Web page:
Yorba Linda Public Library Space Needs Assessment and Building Program Summary
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Summary of Findings
The Yorba Linda Public Library Space Needs Assessment and Building Program confirmed earlier reports' findings that the current, heavily-used library facility has been outgrown by the community and lacks the infrastructure to support the community's service needs. The building's overall size, aging infrastructure and complex interior layout restricts/constrains public demand for library services. Serving the City's 69,273 residents in a building with 28,350 square feet, the facility offers an average 0.41 square feet of building space per person served. Current library industry standards suggest 0.6 to 1.0 square feet as the recommended range for successful, functional library facilities that serve communities similar to Yorba Linda. The current Yorba Linda Library building offers the community 50% less space on a per-capita basis.
The space deficit is compounded by the building's awkward, multilevel interior layout, the result of three successive expansions over the past five decades. Operational functionality has been compromised and, as the building ages, it is increasingly unable to support service innovations or technology requirements.
To meet community library service needs, both current and into the future, the following facility-related service levels are recommended:
Seating capacity of 290 or 4.1 seats for every 1,000 people served
Increased public computer access, utilizing both desktop and laptop technology, to provide 104 workstations or 1.5 computers for every 1,000 people served
Enhanced public programming space, including a large meeting room, dividable into three separate spaces with seating capacity for 300, adequate storage and current AV projection technology
A Homework Center to facilitate the completion of school assignments by children
A computer lab to offer hands-on technology training
A Teen Zone to provide space specifically for teenagers with an adjacent area specifically for pre-teenagers
A children's storytelling space that seats 100 children
Six enclosed group study rooms for students, tutoring and similar uses
Shelving to accommodate a 15% increase to the physical collection of books and AV media for all ages or 3.0 volumes per capita with at total collection size of 210,000 including 12.5% in digital collections
Open, accessible, easy to navigate public spaces organized on two floors with noisy, active areas clustered on one level and quieter areas for sustained study and research on the other
Increased incorporation of self service technologies for improved staff productivity
Efficient interior layouts that enable operation of a larger facility with no staffing increases
Functional, flexible staff and volunteer work spaces
Parking to accommodate 153 to 204 vehicles
To accommodate and support the community service needs, the Library will require a facility of approximately 50,820 square feet. Using the City build-out population of 70,000, a facility of this size will provide Yorba Linda residents with an average 0.73 square feet of building space for every person served. Understanding the financial scale of such a major project, staff reduced an earlier recommendation of a nearly 56,000 square foot facility without compromising the fulfillment of all community service needs. The building program section, found on page 28 through 145, identifies general design considerations, spatial adjacencies and all space descriptions for 50,820 square foot new facility.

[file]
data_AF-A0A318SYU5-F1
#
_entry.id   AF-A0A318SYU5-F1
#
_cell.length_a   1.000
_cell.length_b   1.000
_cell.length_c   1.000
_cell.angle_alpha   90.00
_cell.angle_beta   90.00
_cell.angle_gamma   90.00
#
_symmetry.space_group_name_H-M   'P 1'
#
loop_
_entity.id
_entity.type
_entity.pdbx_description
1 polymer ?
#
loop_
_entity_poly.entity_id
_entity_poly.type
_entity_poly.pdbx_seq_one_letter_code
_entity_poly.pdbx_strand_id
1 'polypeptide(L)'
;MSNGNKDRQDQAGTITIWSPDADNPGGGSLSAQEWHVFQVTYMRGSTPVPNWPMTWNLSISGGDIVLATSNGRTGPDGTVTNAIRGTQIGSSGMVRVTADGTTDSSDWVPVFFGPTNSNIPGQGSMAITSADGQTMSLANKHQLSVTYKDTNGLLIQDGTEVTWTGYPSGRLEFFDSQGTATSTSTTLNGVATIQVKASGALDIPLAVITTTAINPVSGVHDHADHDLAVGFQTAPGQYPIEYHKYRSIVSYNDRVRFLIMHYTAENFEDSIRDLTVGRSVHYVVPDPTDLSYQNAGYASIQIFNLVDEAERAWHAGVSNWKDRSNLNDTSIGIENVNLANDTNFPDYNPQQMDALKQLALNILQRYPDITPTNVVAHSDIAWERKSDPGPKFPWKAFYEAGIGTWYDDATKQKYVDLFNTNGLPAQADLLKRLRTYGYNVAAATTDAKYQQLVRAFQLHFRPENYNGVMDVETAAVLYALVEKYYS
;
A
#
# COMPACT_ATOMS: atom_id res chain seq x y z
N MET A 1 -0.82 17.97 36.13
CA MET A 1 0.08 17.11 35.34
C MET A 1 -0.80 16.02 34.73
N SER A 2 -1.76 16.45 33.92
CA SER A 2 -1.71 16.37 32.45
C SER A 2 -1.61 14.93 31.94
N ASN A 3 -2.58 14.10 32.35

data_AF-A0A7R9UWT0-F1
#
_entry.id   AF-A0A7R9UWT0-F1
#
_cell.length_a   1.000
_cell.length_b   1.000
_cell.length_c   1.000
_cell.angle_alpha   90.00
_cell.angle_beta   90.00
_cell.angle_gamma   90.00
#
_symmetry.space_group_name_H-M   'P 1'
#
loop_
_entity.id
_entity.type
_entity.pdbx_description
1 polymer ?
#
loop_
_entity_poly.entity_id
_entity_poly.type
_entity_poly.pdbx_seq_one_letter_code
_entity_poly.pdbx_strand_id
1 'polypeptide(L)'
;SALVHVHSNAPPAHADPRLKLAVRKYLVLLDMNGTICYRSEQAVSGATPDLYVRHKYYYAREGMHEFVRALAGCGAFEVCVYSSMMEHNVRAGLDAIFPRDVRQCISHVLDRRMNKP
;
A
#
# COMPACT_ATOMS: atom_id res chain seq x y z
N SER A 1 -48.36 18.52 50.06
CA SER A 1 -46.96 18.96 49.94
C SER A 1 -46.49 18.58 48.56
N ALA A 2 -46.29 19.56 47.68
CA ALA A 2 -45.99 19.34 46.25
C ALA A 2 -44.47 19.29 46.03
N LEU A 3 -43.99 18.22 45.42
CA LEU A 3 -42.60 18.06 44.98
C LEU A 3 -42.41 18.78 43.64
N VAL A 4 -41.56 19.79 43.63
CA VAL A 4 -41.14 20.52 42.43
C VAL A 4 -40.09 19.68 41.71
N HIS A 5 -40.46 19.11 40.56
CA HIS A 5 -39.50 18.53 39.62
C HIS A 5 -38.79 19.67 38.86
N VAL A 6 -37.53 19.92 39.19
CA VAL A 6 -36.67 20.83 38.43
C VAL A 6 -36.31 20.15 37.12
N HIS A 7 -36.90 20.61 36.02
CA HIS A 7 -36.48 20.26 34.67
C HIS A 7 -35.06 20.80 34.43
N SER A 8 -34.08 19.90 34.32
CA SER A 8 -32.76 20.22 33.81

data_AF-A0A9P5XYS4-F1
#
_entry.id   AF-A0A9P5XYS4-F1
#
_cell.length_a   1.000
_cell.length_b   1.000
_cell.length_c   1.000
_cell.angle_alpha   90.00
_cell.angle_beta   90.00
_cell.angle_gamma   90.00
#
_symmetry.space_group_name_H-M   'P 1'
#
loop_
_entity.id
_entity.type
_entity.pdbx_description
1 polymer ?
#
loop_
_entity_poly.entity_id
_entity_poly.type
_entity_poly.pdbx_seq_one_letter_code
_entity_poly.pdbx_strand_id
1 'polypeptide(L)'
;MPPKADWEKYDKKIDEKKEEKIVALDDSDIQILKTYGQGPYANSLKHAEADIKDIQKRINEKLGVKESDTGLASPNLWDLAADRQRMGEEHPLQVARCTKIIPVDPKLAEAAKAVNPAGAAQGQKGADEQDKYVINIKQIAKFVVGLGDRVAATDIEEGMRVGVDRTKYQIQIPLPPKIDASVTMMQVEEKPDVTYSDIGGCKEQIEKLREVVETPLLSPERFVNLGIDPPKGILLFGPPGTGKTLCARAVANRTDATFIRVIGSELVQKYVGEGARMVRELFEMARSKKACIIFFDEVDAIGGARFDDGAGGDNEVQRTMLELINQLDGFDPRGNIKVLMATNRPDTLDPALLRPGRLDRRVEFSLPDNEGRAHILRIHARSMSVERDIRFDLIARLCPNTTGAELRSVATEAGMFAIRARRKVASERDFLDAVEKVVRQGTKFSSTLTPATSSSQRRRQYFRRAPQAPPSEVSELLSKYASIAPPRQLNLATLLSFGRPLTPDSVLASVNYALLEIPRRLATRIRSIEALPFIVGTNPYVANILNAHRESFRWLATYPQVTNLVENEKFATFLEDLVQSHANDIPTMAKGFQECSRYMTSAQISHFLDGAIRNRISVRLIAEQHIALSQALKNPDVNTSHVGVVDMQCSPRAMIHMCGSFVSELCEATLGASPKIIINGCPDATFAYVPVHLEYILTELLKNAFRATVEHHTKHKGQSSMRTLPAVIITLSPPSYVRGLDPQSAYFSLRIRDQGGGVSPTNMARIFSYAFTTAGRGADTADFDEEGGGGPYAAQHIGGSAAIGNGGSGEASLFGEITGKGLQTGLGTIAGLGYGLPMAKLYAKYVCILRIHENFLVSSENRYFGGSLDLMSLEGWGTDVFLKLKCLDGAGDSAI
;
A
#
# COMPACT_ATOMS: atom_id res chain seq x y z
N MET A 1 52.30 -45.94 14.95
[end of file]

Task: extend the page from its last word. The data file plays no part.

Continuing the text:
To increase the quality of life in the community, public library service has been available in Yorba Linda since 1913. The north side of the current Library facility opened in 1959 at 6,000 square feet to serve a population of 1,198. By the late 1960s Yorba Linda's population had grown to more than 11,000, and a three-story, 18,000 square foot addition on the Library's south side was built and opened in 1971. By the 1990's the population reached 52,000, and a major renovation of the building was conducted to maximize existing space and to add an extra 4,000 square feet which were primarily designated for a used book store run by the Friends of the Library as well as an added entrance and lobby/display area. The renovated facility which opened in 1992 brought the total square footage to 28,350 square feet - only cosmetic improvements (i.e. carpet, paint, etc.) have been made since then**.
In 2003, when the population reached 62,600, a 6,000 square foot addition to the Library's northwest side was considered. However, due to the fact that such an addition would result in loss of parking and would only add space in one section of the Library, the plan was deemed inadequate for the Library's current and future needs.
An initial needs analysis, conducted in 2005 by consultant Leslie Nordby, did not include community input, but determined that every area of the Library needed to be expanded. "A single addition... in one area of the Library will be inadequate to meet the space requirements. In addition, due primarily to the structural constraints involved in two expansions and the aging building, there are deficiencies difficult or unfeasible to correct in the current facility. These include issues of visibility and traffic flow, parking, security, accessibility, temperature control and energy efficiency, location and adjacency of services, and technology infrastructure." The findings of the 2005 needs analysis concluded that at least an additional 11,240 (primarily assignable) square feet were needed to serve a population of 70,000. This recommendation did not include a 30% assumption for non-assignable square feet that is the industry standard for a new facility.